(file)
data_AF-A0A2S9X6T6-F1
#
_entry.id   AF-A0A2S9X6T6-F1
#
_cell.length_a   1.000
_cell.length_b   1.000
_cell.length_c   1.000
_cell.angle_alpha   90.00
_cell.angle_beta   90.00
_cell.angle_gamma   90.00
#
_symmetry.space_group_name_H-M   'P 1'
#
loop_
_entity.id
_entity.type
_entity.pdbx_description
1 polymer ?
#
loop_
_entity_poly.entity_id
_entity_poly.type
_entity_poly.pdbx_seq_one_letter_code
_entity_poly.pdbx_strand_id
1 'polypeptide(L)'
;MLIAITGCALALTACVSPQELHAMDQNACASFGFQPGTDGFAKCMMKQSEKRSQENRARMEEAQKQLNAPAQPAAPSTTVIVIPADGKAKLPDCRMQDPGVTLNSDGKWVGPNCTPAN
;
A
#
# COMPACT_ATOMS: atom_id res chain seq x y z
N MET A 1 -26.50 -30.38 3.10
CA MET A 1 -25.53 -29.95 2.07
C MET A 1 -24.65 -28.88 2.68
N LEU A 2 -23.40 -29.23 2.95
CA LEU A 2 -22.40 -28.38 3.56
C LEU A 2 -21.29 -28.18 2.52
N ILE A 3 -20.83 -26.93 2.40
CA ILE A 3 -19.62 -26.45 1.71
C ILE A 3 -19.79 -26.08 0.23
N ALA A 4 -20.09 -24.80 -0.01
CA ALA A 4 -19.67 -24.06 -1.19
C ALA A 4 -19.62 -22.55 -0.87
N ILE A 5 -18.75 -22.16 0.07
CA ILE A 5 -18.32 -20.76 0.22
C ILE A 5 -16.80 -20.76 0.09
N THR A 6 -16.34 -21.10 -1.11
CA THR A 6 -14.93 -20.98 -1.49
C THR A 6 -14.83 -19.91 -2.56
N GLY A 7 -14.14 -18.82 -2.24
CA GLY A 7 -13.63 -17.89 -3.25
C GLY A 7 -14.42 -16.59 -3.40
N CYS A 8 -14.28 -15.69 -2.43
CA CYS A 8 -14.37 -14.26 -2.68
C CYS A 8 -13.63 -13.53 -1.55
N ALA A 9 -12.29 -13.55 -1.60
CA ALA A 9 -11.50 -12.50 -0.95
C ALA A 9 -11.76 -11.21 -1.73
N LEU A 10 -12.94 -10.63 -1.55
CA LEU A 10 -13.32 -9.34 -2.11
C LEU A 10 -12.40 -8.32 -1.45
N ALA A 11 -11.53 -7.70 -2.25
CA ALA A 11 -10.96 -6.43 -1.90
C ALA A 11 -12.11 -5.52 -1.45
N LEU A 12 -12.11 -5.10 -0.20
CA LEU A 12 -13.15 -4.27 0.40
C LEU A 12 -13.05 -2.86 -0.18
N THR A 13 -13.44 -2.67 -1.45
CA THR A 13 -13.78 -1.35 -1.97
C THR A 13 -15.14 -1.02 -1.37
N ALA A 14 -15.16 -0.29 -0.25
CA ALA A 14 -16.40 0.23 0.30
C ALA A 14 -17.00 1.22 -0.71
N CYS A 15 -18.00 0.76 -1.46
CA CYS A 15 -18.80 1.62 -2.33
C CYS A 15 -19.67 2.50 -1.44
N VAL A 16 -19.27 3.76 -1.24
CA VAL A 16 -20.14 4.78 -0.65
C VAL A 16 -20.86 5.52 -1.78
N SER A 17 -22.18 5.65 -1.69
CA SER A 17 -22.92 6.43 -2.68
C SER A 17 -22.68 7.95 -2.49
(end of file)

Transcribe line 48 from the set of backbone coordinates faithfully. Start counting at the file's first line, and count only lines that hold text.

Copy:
C THR A 6 -14.83 -19.91 -2.56